After putting five television broadcasters up for credit rating reviews this month, Moody’s Investors Service has now downgraded another TV group owner that wasn’t even on that list – Barrington Broadcasting. Moody’s cites increasing pressure on television advertising revenues due to the slowdown in consumer spending. The credit rating agency also says its outlook for Barrington is negative.
Moody’s downgraded Gray Television last week and is still evaluating four other TV group owners: Local TV Finance LLC, the related FoxCo Acquisition Sub LLC which recently bought eight stations from News Corp., Newport Television Holdings LLC and NV Broadcasting LLC (New Vision).
Here is the bad news from Moody’s for Barrington:
“Moody’s Investors Service lowered the corporate family and probability of default ratings for Barrington Broadcasting Group LLC (Barrington) to Caa1 from B2 and instrument ratings as shown. Moody’s expects television broadcasting revenue (which consists almost entirely of advertising) to come under increasing pressure due to the slowdown in consumer spending, its impact on corporate profits and the resulting cutbacks in advertising and marketing budgets. The depth and severity of the estimated decline exceeds the cyclicality built into the prior B2 corporate family rating. These conditions will likely challenge Barrington’s ability to generate positive free cash flow in 2009, particularly given its presence in weaker markets such as Flint, Michigan; Toledo, Ohio; and Syracuse, New York, in Moody’s view.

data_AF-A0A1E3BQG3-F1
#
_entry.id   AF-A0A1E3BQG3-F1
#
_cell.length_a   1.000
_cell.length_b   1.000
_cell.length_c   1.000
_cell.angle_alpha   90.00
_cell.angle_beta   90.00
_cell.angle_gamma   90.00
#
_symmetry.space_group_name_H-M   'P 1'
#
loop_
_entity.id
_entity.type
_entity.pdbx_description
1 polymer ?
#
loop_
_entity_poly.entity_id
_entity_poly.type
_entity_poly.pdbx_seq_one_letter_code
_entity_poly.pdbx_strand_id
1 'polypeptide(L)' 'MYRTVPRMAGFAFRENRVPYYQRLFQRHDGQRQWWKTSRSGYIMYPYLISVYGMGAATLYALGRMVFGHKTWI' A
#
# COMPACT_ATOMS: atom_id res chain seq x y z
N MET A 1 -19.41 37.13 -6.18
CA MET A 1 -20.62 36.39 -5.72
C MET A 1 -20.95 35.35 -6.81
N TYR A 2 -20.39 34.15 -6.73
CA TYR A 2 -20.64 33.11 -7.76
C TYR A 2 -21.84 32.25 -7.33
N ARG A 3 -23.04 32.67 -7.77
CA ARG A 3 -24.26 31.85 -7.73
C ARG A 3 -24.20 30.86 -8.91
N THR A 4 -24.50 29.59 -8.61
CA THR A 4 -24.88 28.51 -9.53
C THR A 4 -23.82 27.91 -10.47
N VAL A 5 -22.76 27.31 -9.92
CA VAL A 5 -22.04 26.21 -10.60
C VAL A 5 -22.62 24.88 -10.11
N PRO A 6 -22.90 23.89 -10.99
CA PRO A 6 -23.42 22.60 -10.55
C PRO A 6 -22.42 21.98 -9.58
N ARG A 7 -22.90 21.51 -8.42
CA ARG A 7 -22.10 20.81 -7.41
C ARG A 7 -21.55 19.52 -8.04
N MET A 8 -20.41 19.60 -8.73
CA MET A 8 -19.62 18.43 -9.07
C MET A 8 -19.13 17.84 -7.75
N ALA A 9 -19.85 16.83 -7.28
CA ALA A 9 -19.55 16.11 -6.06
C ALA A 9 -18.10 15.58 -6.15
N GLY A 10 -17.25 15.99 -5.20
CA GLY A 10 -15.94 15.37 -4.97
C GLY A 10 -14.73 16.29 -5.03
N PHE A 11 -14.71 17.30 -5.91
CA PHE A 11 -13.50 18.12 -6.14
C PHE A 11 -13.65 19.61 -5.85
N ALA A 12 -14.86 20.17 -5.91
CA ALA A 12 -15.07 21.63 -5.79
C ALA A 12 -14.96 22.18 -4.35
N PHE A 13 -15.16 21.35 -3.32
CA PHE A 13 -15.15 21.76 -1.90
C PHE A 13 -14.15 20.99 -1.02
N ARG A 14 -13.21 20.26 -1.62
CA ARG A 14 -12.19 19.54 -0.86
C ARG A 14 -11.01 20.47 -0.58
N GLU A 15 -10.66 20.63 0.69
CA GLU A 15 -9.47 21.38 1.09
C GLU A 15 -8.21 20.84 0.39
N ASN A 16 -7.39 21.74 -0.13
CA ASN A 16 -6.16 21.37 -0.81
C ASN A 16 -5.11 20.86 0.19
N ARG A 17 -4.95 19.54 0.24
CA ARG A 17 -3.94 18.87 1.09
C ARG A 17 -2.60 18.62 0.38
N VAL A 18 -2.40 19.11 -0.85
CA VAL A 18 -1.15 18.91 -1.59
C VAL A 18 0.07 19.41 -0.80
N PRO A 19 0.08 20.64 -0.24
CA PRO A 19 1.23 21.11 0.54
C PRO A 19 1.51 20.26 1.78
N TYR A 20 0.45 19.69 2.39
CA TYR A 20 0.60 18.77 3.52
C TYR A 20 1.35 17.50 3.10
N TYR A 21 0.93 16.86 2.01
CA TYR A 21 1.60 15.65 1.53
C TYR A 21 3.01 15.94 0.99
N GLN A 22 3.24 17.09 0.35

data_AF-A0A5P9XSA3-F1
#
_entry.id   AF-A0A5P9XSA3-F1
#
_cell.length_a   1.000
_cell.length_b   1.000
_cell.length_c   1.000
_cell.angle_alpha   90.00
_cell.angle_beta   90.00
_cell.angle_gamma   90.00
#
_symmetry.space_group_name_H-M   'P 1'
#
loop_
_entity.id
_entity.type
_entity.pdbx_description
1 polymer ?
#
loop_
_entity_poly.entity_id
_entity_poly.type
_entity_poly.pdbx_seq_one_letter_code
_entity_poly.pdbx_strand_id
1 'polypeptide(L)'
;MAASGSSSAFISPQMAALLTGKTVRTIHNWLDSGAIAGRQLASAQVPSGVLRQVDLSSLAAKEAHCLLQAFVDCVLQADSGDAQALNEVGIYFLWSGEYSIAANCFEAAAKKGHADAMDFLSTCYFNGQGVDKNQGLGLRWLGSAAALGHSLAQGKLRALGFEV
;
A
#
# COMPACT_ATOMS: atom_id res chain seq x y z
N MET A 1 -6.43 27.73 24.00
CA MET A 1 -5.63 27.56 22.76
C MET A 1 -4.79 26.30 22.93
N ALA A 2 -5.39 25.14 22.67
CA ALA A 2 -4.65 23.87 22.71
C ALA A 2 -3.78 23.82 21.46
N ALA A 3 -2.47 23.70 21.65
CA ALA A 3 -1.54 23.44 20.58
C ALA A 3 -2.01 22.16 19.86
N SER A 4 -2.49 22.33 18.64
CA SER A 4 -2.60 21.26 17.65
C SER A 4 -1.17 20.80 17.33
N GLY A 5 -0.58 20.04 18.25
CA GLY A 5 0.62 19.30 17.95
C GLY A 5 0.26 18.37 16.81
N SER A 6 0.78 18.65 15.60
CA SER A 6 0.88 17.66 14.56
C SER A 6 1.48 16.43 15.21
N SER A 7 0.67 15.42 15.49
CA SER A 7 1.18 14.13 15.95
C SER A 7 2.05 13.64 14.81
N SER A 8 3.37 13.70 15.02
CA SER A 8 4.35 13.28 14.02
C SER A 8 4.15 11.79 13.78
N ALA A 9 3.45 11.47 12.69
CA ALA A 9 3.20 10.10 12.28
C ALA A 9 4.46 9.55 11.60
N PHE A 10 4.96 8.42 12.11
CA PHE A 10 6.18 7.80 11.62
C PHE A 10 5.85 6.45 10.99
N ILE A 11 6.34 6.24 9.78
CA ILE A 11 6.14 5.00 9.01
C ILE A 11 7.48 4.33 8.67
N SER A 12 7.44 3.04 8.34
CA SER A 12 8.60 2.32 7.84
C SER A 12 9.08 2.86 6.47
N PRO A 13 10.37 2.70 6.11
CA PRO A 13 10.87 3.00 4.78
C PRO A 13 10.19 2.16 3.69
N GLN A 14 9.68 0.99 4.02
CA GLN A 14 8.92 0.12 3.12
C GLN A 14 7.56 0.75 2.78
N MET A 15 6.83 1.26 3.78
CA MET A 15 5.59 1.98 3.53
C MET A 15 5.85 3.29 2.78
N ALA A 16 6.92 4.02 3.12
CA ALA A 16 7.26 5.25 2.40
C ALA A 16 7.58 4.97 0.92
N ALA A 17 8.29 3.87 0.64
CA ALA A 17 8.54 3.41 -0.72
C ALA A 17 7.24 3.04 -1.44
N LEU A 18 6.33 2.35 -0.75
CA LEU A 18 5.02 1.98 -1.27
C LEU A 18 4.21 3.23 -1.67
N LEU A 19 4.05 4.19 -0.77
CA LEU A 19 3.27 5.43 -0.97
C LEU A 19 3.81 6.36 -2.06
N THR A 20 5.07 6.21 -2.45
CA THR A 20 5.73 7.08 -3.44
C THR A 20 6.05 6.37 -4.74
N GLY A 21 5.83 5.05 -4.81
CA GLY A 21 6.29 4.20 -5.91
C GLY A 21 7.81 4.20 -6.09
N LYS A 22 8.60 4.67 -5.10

The Caa1 corporate family rating is more appropriate for these expectations, and the Caa1 probability of default rating better reflects Moody’s concerns over a potential covenant breach. In May, Moody’s lowered Barrington’s Speculative Grade Liquidity rating to SGL-4 from SGL-2, incorporating the potential for a covenant breach when the leverage covenant in the company’s credit agreement tightens in the fourth quarter of 2008. Moody’s affirmed the SGL-4 rating and estimates the company will face challenges in complying but continues to consider a cure reasonably likely. The credit agreement provides for an equity cure, and the equity sponsor could also reduce debt through conversion of its subordinated note related to the Tucker acquisition.
The outlook is negative, primarily reflecting the uncertainty over the covenants. A summary of today’s rating actions follows.
Barrington Broadcasting Group LLC
….Corporate Family Rating, Downgraded to Caa1 from B2
….Probability of Default Rating, Downgraded to Caa1 from B2
….Senior Subordinated Bonds, Downgraded to Caa3, LGD5, 81% from Caa1
….Senior Secured Bank Credit Facility, Downgraded to B2, LGD2, 26% from Ba3
….Affirmed SGL-4 Speculative Grade Liquidity Rating
….Outlook, Changed To Negative From Stable
Barrington’s Caa1 corporate family rating reflects high leverage, expectations for negative free cash flow in 2009, and modest margins relative to its television broadcast peers. The rating also incorporates lack of scale, the inherent cyclicality of advertising spending, and long term secular pressure as the proliferation of new media fragments audiences and these non-traditional media compete for advertising dollars. Barrington’s continued focus on less economically sensitive local advertising revenue and its diversity in terms of both network affiliations and geography support the rating. However, the benefits of this diversity diminish somewhat given the current broad based economic challenges.
In May 2008, Moody’s lowered the corporate family and probability of default ratings for Barrington to B2 from B1, reflecting weaker than expected performance.
Barrington Broadcasting Group, LLC, headquartered in Hoffman Estates, Illinois, owns or programs 23 network television stations in 15 markets.”